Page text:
Oil was first discovered in Texas in the early 1900s. The industry it created has influenced and shape the state’s economy ever since. Boon to bust, or bust to boon.
Since 1920, the Permian Basin in West Texas has produced over 30 billion barrels of oil. It provides more than 20 percent of our country’s crude oil production. It’s the second largest oil field in the world, with the largest Ghawar in Saudi Arabia.
When the oil industry is percolating, there is an increased flow of money into economy as has been the case in recent years in West Texas. But good economies, whether fueled by petroleum or high tech industries, increased both the use and dependence on illicit drugs.
According to law enforcement officials, “drug trafficking, drug abuse and drug-related crimes have spiked” parallel the West Texas oil energy boom leading to a host of adverse social consequences in region.
Oil Workers and Drugs
Oil field workers and truckers have been using and abusing drugs for years in order to work extremely long hours without sleep, pushing “themselves to their physical limits.”
Workers were able to pass drug tests because they were either given ample notice to cleanse their systems or they simply knew how to beat the test. One worker even claims that the oil companies don’t mind their employees using drugs as long as “you’re not doing stupid things.”
Drugs have found their way into the Permian Basin for a number of reasons: the oil boom, people are bored, people have money to spend and, being in such a remote location, people are willing to spend more on drugs.
So not only is there a high demand, but there is also the money to support the demand.
Opioids, cocaine, and marijuana are easy to find in the region, but West Texas’ drug of choice is methamphetamine, also known as crystal meth. Meth is a strong stimulant that keeps workers awake and is readily supplied by the nearby Mexican drug cartels.
The Texas Department of Public Safety and Baker Hughes, a Houston oil field services company, “found a strong correlation between the rise of drilling activity and the number of crystal meth seizures in the area surrounding the Permian Basin. Between 2009 and 2016, as oil companies dispatched more rigs into West Texas, the number of meth seizures rose sharply.”
The DEA has seized 2,200 pounds of meth in the region since October 2015. This is triple the amount confiscated from the two-year period between 2011 and 2013. In 2016, the DEA seized 66 pounds of meth around Midland compared to only 11 pounds in 2012.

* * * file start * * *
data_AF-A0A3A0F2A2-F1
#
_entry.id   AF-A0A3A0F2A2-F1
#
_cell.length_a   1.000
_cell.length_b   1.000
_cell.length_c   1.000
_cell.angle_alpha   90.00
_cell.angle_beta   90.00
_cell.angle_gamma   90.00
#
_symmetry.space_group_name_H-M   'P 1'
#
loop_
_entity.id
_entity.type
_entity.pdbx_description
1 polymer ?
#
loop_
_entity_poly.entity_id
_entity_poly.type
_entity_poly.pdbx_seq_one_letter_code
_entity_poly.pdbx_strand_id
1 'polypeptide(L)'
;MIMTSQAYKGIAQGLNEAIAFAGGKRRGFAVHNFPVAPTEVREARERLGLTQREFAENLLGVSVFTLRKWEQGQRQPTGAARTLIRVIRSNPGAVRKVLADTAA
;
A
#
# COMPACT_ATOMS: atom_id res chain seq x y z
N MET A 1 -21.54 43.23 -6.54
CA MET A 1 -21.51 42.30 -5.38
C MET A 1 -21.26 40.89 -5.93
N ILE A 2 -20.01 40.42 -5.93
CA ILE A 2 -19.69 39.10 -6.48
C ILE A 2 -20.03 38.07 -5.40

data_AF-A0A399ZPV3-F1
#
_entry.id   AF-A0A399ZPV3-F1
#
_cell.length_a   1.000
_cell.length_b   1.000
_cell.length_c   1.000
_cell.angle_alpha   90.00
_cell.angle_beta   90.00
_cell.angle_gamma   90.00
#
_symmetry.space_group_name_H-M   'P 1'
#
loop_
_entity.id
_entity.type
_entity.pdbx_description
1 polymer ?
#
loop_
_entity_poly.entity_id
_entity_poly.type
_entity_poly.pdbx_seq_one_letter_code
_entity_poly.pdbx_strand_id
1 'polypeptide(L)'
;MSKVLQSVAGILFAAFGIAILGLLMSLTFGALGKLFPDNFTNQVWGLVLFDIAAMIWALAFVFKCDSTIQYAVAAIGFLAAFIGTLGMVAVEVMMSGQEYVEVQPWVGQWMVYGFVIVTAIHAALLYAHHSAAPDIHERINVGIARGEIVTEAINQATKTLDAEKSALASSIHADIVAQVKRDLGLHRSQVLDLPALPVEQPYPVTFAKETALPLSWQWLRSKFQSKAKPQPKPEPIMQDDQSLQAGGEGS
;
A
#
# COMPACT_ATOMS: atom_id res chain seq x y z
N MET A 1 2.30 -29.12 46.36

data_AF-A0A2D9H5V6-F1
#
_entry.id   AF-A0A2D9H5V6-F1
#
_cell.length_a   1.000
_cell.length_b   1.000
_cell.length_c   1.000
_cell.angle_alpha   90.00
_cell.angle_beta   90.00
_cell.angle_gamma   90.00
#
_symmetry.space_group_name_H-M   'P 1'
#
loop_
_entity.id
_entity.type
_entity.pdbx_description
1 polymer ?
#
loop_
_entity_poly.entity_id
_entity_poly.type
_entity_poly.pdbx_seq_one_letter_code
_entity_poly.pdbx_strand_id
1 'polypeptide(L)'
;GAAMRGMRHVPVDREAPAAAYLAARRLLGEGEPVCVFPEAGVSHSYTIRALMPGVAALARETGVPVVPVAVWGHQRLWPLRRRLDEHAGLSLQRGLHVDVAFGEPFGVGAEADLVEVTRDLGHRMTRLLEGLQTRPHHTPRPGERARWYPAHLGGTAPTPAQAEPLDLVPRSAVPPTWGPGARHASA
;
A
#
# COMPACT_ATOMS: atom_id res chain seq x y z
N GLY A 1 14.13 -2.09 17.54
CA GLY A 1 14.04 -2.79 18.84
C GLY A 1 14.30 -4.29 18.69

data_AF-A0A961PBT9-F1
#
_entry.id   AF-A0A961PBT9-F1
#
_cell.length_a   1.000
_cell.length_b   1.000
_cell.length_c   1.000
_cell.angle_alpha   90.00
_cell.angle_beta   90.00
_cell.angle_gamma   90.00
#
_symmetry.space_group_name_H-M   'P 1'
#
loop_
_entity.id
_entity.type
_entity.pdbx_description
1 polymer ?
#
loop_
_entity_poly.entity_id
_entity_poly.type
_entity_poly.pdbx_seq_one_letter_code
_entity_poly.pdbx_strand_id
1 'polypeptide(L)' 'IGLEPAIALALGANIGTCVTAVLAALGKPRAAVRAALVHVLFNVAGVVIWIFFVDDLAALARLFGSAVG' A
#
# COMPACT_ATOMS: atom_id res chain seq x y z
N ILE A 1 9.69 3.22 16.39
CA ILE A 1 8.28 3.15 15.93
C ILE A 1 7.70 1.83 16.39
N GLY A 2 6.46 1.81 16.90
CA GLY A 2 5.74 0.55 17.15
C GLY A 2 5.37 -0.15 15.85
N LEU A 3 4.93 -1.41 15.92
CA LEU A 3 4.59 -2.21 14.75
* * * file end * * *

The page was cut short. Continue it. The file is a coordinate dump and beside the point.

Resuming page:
In other words, oil and meth are currently booming.
This boom, though, is making it difficult for oil companies to find workers after the recent downturn forced numerous layoffs. Many job applicants from West Texas fail their drug tests, and companies have to find workers in different areas and relocate them to West Texas.
However, despite the prevalence of drugs in the Permian Basin’s oil fields, drugs are still illegal in the state of Texas.
Texas Drug Laws
Texas divides controlled substances into different penalty groups and, depending on the group and the amount of the drug in question, you can be charged with a misdemeanor or felony drug crime.
Most of the drugs typically used by West Texas oil workers – meth, cocaine, heroin, and other opioids – are found in Penalty Group 1.
- Possessing less than 1 gram is a state jail felony punishable by 180 days to 2 years in jail.
- Possessing 1-4 grams is a third degree felony punishable by 2-10 years in jail.
- Possessing 4-200 grams is a second degree felony punishable by 2-20 years in jail.
- Possessing 200-400 grams is a first degree felony punishable by 5-99 years in jail
- Possessing more than 400 grams is an enhanced first degree felony punishable by 10-99 years.
The penalties for delivering or trafficking of drugs, like possession, increase as the amount of drug increases.
- Trafficking less than 1 gram is a state jail felony.
- Trafficking 1-4 grams is a second degree felony.
- Trafficking 4-200 grams is a first degree felony.
- Trafficking 200-400 grams is an enhanced first degree felony punishable by life imprisonment or a term of 10 to 99 years and up to a $100,000 fine;
- Trafficking more than 400 grams is an enhanced first degree felony punishable by life imprisonment or a term of 10 to 99 years and up to a $250,000 fine.
Regardless of whether there’s an influx of drugs or not, possessing, delivering, and trafficking drugs is a criminal offense. If you’ve been charged with a drug crime, contact an experienced Texas drug attorney to defend and fight for your rights.